Hurricane Maria blasts Puerto Rico with high winds and flooding

SAN JUAN, Puerto Rico (Reuters) – Hurricane Maria slammed into Puerto Rico on Wednesday as the strongest storm to hit the U.S. territory in nearly 90 years, downing power to most of the island, flooding some areas and ripping windows out in the capital, San Juan.

Maria, the second major hurricane to roar through the Caribbean this month, made landfall near Yabucoa, on the southeast of the island of 3.4 million people. Thousands of people were seeking safety in shelters.

Carrying winds of 140 miles per hour (220 kph), driving high storm surges and drenching rains, Maria’s eye was located about 25 miles (40 km) west of San Juan shortly before 11 a.m. ET (1500 GMT), the U.S. National Hurricane Center said.

(For a graphic on Hurricane Maria click tmsnrt.rs/2ypIw6x)

Broken windows, mangled awnings and gutters dangled haphazardly from buildings in San Juan or were ripped off entirely. Toilets bubbled noisily and belched foul air as the hurricane rumbled through the city’s water and sewage lines.

Up to 90 percent of the island was without electricity, El Nuevo Dia newspaper quoted Governor Ricardo Rossello as saying.

In the southcoast city of Guayama, west of where Maria blew ashore, storm waters turned streets into fast-running rivers carrying wind-downed debris.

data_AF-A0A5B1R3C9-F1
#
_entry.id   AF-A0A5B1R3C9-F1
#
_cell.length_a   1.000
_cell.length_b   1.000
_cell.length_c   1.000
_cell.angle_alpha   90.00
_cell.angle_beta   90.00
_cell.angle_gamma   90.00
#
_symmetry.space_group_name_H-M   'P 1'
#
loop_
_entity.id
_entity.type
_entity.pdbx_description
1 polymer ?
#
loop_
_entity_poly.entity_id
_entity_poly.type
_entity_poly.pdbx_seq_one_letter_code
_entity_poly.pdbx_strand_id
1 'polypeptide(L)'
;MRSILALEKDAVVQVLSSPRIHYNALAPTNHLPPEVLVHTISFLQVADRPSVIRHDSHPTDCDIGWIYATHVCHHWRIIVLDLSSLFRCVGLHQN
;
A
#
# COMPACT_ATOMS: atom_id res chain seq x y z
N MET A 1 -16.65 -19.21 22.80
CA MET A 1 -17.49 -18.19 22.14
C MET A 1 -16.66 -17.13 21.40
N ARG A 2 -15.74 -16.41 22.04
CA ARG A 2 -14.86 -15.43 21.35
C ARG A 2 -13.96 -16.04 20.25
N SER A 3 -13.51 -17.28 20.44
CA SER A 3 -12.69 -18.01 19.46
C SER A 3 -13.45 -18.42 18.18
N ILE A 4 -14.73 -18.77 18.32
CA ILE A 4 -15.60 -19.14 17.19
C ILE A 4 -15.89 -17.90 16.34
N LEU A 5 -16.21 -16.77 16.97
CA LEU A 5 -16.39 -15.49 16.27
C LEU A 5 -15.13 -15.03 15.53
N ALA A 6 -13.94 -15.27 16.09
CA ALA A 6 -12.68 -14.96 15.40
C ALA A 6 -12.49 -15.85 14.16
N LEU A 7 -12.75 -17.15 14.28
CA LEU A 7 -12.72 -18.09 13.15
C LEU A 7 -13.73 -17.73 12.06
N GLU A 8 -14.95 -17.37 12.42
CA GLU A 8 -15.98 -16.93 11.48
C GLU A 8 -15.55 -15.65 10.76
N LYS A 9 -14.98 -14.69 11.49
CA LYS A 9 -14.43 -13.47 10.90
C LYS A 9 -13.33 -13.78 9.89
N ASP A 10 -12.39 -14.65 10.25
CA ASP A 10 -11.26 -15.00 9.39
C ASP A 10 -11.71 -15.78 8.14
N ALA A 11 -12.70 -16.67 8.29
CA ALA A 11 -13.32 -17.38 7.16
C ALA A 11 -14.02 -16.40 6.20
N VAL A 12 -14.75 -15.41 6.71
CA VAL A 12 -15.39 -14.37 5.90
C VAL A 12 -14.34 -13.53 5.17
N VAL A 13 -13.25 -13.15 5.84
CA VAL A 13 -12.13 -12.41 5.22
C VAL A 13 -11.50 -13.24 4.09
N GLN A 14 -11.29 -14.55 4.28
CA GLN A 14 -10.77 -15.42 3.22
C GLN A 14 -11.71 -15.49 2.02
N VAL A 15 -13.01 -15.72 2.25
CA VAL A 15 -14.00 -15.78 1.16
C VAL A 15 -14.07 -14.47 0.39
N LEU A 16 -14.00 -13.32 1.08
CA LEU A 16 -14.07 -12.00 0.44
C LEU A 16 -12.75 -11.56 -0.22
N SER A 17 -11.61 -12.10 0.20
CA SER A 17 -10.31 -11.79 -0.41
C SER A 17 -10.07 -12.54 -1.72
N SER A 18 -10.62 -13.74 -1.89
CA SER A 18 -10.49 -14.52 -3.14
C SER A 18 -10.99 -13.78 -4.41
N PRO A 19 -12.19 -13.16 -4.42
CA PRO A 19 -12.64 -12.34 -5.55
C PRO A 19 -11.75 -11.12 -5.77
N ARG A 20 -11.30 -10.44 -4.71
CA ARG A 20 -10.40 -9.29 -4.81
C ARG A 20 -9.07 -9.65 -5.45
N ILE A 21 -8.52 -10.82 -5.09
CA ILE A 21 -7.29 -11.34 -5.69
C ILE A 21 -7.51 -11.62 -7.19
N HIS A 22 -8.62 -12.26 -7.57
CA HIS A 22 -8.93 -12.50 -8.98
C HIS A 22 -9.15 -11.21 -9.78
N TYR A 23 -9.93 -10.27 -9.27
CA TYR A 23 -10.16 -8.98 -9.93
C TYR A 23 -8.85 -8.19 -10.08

Maria killed at least two people in the French territory of Guadeloupe as it barreled through the Caribbean. It devastated the tiny island nation of Dominica and caused widespread damage on St. Croix, one of the U.S. Virgin Islands.

Hurricane Irma, which ranked as one of the most powerful Atlantic storms on record, also left a trail of destruction in several Caribbean islands and Florida this month, killing at least 84 people in the Caribbean and the U.S. mainland.

“God is with us; we are stronger than any hurricane,” Rossello said in a Twitter message on Wednesday. “Together we will rise again.”

Maria was expected to dump as much as 25 inches (66 cm) of rain on parts of Puerto Rico, the NHC said. Storm surges, when hurricanes push ocean water dangerously over normal levels, could be up to 9 feet (2.7 meters.) The heavy rainfall could cause life-threatening flash floods and mudslides, it added.

“This a catastrophe we’re going through,” said Madeline Morales, 62, a saleswoman in San Juan who abandoned her coastal home before the storm hit to seek refuge in a hotel on higher ground.

People walk on the street next to debris after the area was hit by Hurricane Maria in Guayama,…

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